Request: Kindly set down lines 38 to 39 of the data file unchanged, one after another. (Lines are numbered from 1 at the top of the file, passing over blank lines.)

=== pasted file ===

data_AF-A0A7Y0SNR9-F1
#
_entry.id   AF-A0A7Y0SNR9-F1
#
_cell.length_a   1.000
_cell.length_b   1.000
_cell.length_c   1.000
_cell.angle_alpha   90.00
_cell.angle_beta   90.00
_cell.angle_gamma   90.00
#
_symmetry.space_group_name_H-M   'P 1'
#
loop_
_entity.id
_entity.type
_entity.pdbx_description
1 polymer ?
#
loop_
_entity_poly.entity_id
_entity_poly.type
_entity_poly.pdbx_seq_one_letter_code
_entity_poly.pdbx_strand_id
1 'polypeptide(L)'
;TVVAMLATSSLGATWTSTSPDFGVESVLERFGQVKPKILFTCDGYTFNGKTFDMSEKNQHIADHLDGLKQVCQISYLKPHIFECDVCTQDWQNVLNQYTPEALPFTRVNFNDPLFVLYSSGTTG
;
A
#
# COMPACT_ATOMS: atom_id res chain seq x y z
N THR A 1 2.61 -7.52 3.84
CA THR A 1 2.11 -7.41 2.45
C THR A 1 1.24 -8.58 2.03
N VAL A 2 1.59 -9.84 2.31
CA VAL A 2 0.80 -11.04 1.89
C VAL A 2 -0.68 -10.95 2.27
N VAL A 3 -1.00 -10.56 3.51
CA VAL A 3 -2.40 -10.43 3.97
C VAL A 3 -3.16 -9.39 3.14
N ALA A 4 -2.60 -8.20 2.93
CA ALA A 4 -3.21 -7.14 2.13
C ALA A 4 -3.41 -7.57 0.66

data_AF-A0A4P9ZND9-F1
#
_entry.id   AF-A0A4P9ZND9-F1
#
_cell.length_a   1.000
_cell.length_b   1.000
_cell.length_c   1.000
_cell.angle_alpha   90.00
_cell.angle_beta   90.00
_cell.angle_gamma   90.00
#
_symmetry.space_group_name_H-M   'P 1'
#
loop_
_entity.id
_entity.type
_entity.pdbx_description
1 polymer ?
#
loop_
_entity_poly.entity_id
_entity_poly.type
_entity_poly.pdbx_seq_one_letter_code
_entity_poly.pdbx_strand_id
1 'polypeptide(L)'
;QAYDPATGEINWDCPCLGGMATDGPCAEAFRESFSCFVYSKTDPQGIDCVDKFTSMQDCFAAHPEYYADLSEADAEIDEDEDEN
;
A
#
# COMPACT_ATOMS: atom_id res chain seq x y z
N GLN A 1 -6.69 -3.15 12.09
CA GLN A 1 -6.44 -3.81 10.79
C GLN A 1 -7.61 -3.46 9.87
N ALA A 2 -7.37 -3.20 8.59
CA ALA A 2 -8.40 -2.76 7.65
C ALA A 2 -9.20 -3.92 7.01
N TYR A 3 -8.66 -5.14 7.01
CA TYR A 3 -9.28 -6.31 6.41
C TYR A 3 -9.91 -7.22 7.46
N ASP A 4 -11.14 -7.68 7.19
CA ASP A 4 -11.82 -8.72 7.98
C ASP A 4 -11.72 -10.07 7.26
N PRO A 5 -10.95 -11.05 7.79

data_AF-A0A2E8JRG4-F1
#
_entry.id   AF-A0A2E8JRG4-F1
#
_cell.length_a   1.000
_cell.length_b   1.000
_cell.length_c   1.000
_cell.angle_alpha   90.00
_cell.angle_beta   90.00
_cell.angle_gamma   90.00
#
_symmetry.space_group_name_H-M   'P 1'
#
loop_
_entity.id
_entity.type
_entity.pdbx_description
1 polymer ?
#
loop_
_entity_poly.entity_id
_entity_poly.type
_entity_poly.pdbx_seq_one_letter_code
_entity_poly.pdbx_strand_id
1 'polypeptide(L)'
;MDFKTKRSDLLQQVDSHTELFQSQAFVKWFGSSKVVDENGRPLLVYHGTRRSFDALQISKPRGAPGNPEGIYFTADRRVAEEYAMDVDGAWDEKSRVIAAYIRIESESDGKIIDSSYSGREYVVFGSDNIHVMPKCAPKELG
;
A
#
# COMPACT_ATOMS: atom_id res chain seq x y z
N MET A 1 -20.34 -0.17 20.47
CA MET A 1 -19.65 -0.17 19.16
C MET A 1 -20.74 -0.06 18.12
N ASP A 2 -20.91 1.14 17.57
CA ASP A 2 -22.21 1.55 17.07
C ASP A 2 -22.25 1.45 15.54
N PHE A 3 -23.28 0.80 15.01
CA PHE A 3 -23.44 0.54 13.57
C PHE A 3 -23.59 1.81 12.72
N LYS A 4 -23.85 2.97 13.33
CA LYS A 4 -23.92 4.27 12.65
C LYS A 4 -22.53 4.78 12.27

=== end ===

CA VAL A 3 -2.40 -10.43 3.97
C VAL A 3 -3.16 -9.39 3.14